Drones win war against poaching in Africa

A new programme using innovative technology and unmanned aerial vehicles is proving that zero poaching is possible in African game reserves. Watch the video here.

Remote-controlled unmanned aircraft or drones which are used for surveillance in military operations could be the game-changer in the war against poaching of endangered animals in the wild.

Air Shepherd, an initiative of United States-based Lindbergh Foundation, has been testing its advanced Unmanned Aerial Vehicles (UAVs) in South Africa and found out that the killing of elephants and rhinos stops whenever drones fly in areas where poaching has previously taken place.

The non-profit group, which is currently seeking US$500,000 in financial support through crowdfunding on indiegogo, claims its drone project is the only one which has successfully stopped poaching. The foundation aims to fully implement the programme at South Africa’s Kruger National Park for one year and expand to seven other countries in the continent as soon as it gets the funding.

Since 2012, the drones have been flying over South African reserves including areas managed by the Ezemvelo KwaZulu-Natal Wildlife, and in more than 600 missions, no poaching has been recorded while Air Shepherd drones were in flight, it added.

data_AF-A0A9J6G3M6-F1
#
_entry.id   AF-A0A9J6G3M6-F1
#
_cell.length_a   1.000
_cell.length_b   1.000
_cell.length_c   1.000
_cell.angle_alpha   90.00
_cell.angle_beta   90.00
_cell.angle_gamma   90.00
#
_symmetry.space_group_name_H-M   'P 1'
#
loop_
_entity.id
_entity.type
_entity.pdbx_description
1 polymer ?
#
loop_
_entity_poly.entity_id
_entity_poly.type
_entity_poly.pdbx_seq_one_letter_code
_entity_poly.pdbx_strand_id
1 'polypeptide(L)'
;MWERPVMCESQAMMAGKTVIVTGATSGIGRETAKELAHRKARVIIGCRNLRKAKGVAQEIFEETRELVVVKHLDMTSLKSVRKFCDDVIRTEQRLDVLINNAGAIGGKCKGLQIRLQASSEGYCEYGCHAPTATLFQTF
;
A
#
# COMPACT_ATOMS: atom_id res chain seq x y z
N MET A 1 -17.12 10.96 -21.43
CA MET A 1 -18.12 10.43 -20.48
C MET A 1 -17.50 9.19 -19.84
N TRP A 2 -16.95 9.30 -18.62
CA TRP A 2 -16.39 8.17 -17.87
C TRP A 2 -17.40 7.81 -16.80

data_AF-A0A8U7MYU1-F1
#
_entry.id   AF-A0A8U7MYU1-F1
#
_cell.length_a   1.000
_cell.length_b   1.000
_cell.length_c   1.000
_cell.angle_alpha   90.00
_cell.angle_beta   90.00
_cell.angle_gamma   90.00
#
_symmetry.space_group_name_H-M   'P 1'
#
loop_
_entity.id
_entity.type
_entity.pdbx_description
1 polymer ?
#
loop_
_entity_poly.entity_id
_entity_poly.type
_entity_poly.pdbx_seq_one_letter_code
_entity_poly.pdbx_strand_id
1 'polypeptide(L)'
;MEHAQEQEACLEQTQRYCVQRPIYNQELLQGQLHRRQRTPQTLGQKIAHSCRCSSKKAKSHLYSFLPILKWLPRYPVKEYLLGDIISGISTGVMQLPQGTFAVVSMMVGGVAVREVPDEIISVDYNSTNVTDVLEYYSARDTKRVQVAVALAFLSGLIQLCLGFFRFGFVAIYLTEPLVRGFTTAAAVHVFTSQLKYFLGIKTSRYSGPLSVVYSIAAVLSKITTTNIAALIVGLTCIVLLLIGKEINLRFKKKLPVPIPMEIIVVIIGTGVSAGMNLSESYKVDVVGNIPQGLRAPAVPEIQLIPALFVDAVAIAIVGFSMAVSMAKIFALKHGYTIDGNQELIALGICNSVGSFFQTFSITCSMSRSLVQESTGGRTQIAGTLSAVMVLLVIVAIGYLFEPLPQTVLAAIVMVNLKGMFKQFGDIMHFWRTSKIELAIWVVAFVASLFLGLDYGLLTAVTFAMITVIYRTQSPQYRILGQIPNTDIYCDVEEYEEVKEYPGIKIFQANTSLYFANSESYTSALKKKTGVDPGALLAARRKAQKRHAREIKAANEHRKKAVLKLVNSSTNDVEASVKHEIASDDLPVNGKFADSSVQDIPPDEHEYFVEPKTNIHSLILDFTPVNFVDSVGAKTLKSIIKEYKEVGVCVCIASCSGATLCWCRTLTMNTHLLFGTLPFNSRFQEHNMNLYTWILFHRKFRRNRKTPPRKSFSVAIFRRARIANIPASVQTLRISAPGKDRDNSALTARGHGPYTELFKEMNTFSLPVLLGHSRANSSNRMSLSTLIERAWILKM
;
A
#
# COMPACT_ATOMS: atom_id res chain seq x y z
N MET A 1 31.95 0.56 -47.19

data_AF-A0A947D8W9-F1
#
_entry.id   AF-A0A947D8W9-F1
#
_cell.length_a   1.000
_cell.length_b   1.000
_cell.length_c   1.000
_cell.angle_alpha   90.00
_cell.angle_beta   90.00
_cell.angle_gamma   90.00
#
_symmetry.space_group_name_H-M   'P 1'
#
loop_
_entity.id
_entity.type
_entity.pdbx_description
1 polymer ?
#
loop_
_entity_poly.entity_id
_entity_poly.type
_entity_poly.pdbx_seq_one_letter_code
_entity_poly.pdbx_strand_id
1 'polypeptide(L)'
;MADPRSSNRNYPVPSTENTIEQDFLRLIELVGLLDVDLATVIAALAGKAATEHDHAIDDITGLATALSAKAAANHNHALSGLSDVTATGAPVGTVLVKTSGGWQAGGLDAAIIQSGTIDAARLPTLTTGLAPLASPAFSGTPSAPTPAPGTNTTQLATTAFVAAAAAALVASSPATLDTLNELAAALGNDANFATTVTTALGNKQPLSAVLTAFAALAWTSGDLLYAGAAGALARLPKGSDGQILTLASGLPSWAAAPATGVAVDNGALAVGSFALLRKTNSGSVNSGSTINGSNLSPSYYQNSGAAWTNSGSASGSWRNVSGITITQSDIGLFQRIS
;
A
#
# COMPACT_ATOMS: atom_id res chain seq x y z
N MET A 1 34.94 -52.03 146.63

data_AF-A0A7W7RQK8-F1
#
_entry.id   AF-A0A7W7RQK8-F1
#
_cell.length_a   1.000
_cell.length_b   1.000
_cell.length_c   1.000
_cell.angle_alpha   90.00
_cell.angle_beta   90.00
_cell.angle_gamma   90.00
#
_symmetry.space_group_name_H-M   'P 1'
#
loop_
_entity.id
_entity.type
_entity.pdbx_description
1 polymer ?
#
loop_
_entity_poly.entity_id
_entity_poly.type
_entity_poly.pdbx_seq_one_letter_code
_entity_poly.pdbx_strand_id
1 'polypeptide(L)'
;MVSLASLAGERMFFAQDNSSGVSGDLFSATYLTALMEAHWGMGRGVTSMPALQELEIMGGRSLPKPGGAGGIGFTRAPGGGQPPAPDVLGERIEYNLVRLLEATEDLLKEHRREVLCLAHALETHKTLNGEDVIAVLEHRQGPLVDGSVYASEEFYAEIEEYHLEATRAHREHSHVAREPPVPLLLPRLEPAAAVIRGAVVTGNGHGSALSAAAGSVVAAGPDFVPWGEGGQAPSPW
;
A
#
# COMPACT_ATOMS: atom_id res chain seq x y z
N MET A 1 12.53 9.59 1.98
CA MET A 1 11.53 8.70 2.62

Poaching continues to threaten animals such as elephants and rhinos in Africa, the Convention on International Trade in Endangered Species of Wild Fauna and Flora (CITES), the United Nations body dedicated to protecting endangered species from illegal trade and extinction, reported last month.

CITES said that 20,000 elephants were killed last year, unchanged from 2013, despite new pledges by 46 countries last year to fight illegal wildlife trade. Conservation groups identify Asia and the United States as major markets for elephant tusks where ivory is made into trinkets and powdered rhino horns is used as ‘party drugs’.

The drones, which were developed at the University of Maryland in the US, are installed with advanced infrared surveillance systems which can detect and take images of the animals and poachers even at night, when most poachers operate.

It is also supported by a supercomputer predictive software which can analyse where poachers are likely to attack each night, the Lindbergh Group said. The system has shown a 93 per cent accuracy, the foundation added. 

Air Shepherd’s crowdfunding campaign has so far raised US$310,403 in one month, the project’s indiegogo page shows. The campaign is set to close on April 11.

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